This first thing to mention is that I started off with the size 6 not the size 16 which in theory is the size appropriate to my bust measurement.  The size 6 according to the finished garment measurements on the pattern tissue is 43" at both the bust and waist. Ideal.

The size 14 (the largest size in my pattern envelope) is 48.5" at the bust so I estimate that the size 16 would be at least 50". This would give me 12" of ease and the finished top would probably resemble a sack.

After I chose the pattern size most appropriate for the amount of ease I like in my garments the following alterations were made to the front pattern piece:
  • lowered the bust point 1" (slightly less than my normal alteration of 1.5")
  • created a bust dart to give the garment some shape
  • lengthened the top in total by 1.75"
  • 0.5" forward shoulder adjustment
  • narrowed the shoulder by 2.75" (this top was meant to have a dropped shoulder which I changed to a normal set in sleeve which I prefer)
  • raised the armhole 2" by using my favourite armhole template to re-draw the armhole shape

Creates Sew Slow: DKNY V1454 front pattern piece

For the back pattern piece I made the corresponding changes for the overall length, forward shoulder, shoulder width and armhole shape.

Creates Sew Slow: DKNY V1454 back pattern piece

For the sleeve I used my favourite sleeve pattern from Silhouette Patterns Traditional Blouse for the cap height and sleeve width but kept the same length as the original DKNY top.

Creates Sew Slow: DKNY V1454 sleeve pattern piece

The sewing

As this was such a nice silk crepe-de-chine I felt it needed to be nicely finished so used french seams for the shoulder, sleeve and back flounce.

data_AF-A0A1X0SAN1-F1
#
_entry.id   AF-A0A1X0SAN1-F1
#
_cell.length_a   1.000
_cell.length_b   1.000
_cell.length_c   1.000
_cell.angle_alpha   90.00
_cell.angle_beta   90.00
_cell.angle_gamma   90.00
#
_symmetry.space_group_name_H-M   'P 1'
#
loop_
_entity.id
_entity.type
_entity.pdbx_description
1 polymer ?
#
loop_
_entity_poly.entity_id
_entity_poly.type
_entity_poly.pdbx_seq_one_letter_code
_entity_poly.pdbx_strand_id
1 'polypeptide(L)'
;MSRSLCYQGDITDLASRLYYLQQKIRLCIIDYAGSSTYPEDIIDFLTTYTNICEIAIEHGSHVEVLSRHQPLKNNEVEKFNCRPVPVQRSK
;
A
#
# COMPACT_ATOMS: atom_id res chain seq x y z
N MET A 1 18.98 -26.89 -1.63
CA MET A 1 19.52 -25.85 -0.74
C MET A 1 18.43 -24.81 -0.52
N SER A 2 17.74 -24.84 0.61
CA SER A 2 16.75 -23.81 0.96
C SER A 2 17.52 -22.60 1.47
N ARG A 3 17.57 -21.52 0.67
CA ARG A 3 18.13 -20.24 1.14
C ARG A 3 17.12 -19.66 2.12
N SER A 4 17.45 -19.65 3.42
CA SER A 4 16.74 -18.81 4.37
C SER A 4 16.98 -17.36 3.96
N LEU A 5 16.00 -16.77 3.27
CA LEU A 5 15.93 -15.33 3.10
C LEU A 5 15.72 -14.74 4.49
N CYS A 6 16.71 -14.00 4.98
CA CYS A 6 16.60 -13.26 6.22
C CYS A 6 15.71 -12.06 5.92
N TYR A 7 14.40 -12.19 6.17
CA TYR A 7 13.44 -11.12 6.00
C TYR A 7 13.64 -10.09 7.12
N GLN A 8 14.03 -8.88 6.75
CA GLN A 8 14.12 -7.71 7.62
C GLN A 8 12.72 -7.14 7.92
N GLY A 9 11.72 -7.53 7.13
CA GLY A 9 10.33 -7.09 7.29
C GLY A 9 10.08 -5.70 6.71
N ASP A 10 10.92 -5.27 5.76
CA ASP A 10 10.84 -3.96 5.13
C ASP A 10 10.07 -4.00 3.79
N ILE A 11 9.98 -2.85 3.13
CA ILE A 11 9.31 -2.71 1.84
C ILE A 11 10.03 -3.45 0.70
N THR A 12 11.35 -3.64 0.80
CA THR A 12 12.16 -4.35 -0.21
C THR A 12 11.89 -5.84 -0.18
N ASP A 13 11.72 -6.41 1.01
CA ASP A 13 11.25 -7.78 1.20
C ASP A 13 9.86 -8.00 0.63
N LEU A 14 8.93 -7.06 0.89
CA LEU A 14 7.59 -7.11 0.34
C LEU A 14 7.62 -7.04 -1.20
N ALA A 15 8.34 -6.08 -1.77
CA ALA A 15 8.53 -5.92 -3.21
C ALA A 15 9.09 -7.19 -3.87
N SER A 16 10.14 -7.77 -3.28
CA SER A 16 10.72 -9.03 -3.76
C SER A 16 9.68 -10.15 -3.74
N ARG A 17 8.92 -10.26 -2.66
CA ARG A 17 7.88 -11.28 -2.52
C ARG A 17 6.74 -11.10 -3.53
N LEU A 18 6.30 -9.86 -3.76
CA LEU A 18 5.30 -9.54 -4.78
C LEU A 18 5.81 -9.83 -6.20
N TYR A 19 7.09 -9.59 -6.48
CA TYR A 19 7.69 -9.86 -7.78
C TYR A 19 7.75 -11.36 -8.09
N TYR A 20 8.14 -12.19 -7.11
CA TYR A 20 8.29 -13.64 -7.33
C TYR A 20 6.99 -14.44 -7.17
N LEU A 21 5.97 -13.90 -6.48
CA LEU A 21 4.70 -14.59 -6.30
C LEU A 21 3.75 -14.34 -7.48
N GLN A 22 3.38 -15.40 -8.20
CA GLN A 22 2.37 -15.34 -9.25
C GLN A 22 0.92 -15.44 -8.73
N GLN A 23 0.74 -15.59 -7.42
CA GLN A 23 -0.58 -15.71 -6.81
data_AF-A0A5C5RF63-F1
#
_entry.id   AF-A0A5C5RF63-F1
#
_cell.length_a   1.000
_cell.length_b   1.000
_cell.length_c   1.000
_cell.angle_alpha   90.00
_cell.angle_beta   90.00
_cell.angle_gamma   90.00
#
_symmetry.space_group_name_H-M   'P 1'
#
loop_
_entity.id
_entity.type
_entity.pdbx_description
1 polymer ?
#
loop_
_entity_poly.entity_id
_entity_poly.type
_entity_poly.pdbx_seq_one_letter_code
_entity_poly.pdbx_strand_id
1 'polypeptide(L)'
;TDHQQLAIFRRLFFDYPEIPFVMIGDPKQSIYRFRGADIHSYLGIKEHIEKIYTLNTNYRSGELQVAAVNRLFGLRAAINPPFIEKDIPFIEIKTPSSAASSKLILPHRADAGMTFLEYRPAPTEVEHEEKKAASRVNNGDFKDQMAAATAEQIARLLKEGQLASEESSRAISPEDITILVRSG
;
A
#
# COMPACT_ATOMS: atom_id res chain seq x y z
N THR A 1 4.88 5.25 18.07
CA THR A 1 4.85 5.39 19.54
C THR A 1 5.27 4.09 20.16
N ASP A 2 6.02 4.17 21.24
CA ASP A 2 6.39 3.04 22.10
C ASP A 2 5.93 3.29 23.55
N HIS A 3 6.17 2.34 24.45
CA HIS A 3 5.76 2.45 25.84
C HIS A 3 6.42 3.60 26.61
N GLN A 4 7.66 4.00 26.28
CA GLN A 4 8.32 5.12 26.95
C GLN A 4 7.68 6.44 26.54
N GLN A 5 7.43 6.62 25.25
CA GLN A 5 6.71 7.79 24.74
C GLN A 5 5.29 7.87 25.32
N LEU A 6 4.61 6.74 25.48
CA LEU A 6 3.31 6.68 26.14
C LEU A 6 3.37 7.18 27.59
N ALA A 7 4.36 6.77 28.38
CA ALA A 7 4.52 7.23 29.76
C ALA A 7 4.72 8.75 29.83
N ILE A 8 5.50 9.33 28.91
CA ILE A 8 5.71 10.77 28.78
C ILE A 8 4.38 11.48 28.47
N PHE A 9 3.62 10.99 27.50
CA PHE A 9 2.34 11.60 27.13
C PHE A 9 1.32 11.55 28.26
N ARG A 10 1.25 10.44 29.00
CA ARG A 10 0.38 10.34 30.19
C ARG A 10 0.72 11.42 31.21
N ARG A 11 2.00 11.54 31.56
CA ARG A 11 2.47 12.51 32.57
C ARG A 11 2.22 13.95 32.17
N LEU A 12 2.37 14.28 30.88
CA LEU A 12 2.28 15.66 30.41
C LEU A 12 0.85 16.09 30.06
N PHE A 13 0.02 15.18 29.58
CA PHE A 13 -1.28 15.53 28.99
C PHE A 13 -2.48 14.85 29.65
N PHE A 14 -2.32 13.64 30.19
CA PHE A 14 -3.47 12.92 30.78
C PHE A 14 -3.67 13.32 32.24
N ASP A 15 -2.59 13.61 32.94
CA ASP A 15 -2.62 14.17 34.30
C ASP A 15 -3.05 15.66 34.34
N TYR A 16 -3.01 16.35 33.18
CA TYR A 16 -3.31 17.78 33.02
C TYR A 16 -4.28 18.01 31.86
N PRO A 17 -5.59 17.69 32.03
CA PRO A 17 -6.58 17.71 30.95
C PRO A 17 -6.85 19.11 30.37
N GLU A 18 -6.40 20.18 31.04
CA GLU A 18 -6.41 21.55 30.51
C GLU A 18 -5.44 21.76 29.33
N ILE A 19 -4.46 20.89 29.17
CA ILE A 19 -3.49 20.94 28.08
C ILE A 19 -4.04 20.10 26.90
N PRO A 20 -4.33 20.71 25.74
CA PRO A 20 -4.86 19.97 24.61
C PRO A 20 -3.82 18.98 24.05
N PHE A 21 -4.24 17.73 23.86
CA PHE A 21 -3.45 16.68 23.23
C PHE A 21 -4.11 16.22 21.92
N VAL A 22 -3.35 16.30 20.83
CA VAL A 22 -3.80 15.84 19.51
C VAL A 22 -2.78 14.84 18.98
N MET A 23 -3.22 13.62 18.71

Creates Sew Slow: Vogue 1454 DKNY Gorgeous Butterflies Top

Creates Sew Slow: Vogue 1454 DKNY Gorgeous Butterflies Top

For the side seams I used the standard 5/8" seam allowance, pressed the seam open, turned the seam allowance under and top-stitched.  This gave me a neatly finished side seam and a narrow hem on the side slits.

Creates Sew Slow: Vogue 1454 DKNY Gorgeous Butterflies Top

Creates Sew Slow: Vogue 1454 DKNY Gorgeous Butterflies Top

For the neck finishing I cut a 1.25" wide bias strip rather than using the facings provided.  The bias strip was folded in half, stitched to the top right sides together (with the cut edge of the bias strip at the neck edge) then folded over the seam and catch-stitched in place on the wrong side. This gave me a nice 3/8" narrow binding around the neck edge.

Creates Sew Slow: Vogue 1454 DKNY Gorgeous Butterflies Top

Outfit of the day

Nothing very exciting just thrown on with my Andrea Moore trousers and One Trick Pony pink loafers. Even my hair looks flat (the end of a hard day).

Creates Sew Slow: Vogue 1454 DKNY Gorgeous Butterflies Top